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Money laundering part 1

This week we commenced a new series which looks at the law relating to money laundering. Many people have heard of the law relating to money laundering, and have heard of reference to money laundering, but they probably have a fairly dramatic idea of what that means (for example the proceeds of serious drug trafficking) when in fact under English law scope of money laundering offences is far wider.

One theory is that the term money "laundering" came from US gangster activities where laundry businesses were a front for organised crime and, being cash businesses, were a way of apparently earning money when the true origin was very different. This was perhaps most memorably demonstrated in the 1955 film "Love me or leave me" which was a fictionalised account of singer Ruth Etting's rise to stardom (played in the film by Doris Day), and her relationship with Chicago gangster Marty "Moe the Gimp" Snyder, her manager and sometime husband (played in the film in a memorable performance by James Cagney). Snyder operated his protection business through a "laundry".

A criminal frequently needs to be able to disguise where the criminal proceeds have come from in order to be able to use them. A key aim is to disguise what the source of the proceeds is. This is both to enable use of the criminal proceeds, and also to avoid the various penalties which can be levied for wrongful use of criminal proceeds. It is thus vitally important for the criminal to try and ensure that the cash proceeds of crime is disguised.

Criminal proceeds are usually in the form of cash for obvious reasons. People buying drugs do not normally pay by cheque or credit card. The proceeds of robberies or burglaries will be cash or stolen property. Unless there is an apparently legitimate origin, stolen property will frequently be disposed of for cash. Neither party will be particularly keen on there being an identifiable trail of payment for criminal proceeds. Particularly having regard to the money laundering provisions, as will be seen, there is a limit to what you can do with cash. Although cash is king, especially in a recession, there are limits to what you can do with it without it being placed in an account. You could go out for dinner and pay cash, or you could buy clothes etc, but try buying a car for cash, or depositing a substantial amount of cash in a bank account without there being any apparent legitimate source to explain where the cash came from. In those circumstances almost certainly a warning will (and should) be triggered to the Serious Organised Crime Agency regarding this unusual activity. In broad terms, as we will see, the policy of the law here is to effectively impose obligations on those to whom the cash might be transferred with a view to policing the potential laundering of proceeds.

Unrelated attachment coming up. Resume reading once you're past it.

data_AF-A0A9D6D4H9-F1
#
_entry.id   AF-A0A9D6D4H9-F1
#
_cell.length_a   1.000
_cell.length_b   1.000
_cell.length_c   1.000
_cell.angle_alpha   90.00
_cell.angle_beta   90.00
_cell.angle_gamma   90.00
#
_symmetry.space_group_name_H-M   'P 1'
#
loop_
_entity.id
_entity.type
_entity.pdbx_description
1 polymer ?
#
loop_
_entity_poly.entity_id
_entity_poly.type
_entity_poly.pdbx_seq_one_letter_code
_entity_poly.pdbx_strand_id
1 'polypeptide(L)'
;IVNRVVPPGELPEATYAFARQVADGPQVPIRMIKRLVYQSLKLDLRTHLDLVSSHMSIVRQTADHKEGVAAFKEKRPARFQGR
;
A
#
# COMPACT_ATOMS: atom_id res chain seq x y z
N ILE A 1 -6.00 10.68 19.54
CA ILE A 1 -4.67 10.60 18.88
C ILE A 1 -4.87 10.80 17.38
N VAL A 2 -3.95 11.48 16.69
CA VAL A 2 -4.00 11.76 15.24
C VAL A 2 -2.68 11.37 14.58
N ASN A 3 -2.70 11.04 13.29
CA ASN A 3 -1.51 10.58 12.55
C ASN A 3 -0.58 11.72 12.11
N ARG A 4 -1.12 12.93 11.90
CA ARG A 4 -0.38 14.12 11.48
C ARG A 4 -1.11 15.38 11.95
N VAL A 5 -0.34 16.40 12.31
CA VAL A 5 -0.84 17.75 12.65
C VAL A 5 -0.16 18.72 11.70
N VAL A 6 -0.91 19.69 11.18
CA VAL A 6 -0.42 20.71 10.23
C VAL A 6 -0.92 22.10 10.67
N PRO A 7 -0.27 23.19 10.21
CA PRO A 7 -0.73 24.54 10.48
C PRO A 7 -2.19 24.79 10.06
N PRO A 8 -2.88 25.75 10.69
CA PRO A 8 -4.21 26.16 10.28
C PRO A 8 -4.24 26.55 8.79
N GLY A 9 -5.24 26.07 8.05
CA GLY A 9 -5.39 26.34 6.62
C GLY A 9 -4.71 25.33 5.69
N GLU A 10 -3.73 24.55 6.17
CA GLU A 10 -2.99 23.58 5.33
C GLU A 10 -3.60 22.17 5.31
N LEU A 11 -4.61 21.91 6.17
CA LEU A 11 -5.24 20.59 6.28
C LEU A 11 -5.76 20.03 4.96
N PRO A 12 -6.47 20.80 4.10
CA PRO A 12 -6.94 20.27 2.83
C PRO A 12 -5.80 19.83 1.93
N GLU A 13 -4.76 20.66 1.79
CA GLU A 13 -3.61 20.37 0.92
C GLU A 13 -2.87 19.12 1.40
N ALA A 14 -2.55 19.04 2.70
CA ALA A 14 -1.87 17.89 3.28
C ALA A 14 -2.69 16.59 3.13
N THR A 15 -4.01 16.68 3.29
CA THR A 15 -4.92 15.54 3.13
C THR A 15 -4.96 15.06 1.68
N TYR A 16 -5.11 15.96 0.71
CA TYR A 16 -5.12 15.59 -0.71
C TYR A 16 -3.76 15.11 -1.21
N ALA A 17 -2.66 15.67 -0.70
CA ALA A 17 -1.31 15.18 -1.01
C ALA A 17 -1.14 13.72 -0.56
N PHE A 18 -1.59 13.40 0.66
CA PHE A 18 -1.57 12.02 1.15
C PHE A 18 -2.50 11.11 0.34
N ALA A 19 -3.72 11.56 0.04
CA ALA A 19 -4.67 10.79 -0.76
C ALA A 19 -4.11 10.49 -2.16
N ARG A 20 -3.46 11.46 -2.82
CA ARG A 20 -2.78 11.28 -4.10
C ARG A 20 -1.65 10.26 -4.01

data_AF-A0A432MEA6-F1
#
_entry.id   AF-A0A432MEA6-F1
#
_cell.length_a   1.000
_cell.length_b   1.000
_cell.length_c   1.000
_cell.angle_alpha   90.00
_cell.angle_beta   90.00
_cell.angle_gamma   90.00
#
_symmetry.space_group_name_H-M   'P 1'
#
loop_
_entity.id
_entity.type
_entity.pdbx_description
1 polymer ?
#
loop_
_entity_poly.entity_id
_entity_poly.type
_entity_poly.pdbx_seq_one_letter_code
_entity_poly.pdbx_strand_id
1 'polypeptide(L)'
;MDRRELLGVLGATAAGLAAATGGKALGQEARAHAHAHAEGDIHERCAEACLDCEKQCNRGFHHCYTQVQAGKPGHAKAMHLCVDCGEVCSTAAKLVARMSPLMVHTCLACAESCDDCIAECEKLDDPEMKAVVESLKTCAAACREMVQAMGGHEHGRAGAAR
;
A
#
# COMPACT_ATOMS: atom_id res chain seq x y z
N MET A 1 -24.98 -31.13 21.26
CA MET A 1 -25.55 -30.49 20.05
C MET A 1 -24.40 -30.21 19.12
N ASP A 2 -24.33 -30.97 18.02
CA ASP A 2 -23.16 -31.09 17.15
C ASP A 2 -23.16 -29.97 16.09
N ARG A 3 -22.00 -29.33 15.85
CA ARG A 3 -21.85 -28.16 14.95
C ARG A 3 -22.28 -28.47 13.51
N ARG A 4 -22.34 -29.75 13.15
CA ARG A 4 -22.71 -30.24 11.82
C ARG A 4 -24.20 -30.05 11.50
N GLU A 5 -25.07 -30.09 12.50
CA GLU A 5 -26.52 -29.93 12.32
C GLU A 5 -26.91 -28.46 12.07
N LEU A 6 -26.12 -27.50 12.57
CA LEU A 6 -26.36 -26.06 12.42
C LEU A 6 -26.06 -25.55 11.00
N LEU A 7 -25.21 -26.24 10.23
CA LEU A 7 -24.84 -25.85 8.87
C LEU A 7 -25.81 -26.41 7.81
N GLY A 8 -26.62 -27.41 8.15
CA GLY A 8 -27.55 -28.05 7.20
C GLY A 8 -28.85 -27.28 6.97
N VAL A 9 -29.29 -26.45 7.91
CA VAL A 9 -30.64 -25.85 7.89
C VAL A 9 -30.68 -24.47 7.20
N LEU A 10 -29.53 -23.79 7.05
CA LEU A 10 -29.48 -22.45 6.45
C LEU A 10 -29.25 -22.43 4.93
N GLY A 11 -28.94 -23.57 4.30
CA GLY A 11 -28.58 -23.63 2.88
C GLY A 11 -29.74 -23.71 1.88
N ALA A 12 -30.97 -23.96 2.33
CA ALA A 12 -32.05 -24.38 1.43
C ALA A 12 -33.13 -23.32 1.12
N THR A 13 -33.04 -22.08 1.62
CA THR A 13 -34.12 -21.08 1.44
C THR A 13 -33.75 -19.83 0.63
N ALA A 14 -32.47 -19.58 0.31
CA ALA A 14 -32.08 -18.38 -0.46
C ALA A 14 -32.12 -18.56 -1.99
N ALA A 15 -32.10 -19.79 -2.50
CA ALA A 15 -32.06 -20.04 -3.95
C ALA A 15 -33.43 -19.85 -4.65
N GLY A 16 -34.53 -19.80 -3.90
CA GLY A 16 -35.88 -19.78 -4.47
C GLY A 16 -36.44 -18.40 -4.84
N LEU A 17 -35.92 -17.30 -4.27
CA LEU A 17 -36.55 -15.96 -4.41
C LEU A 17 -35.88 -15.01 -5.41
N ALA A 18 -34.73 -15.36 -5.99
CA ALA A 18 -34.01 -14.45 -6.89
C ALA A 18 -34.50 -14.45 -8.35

Money laundering traditionally is seen as taking three steps. The first step is placement, which is where the cash is converted into assets which are not cash. Once you have money in a bank account then, assuming it is a legitimate bank account, you will be able to utilise it for various transactions because it will be regarded as being from a legitimate source. (Because it will be expected that efforts to identify the legitimacy of the monies will have been undertaken before they get into the bank account, if there is anything potentially suspicious, so once it is in it will be regarded as legitimate). This can happen in a number of different ways. It is not unknown for bogus businesses to be set up to it with a view to giving an apparent reason for receipt of substantial cash amounts. Of course one would expect many retail businesses to sell items in the main by way of credit card. However, that is relatively easily dealt with by imposing large surcharges for credit card use. Whilst the proceeds may have to mirror goods coming into the business, if those have apparently come from abroad then they may never have existed or that may be part of the fraud itself. One way for example of laundering proceeds is to set up a company abroad which purports to have provided valuable goods or services which in fact are wholly fictitious but which justify the payment out of substantial sums to them.

Of course cash businesses such as laundries or taxi firms or any number of other types are ones which lend themselves to laundering. (This of course is not to say that the vast majority of such businesses are anything other than legitimate: it is to point out that where wrongful conduct occurs, it is the type of business likely to be used). The business may be legitimate rather than run by a criminal, but in some instances whether through threats or bribery cash may be laundered through an otherwise legitimate business. Once that happens, usually the procedure is that payment will be made out to a third party acting on the criminal's behalf. Once money is into a bank account it can then passed between other bank accounts without being regarded as suspicious.

Next week we will look at the second step in the traditional money laundering process.

Michael J. Booth QC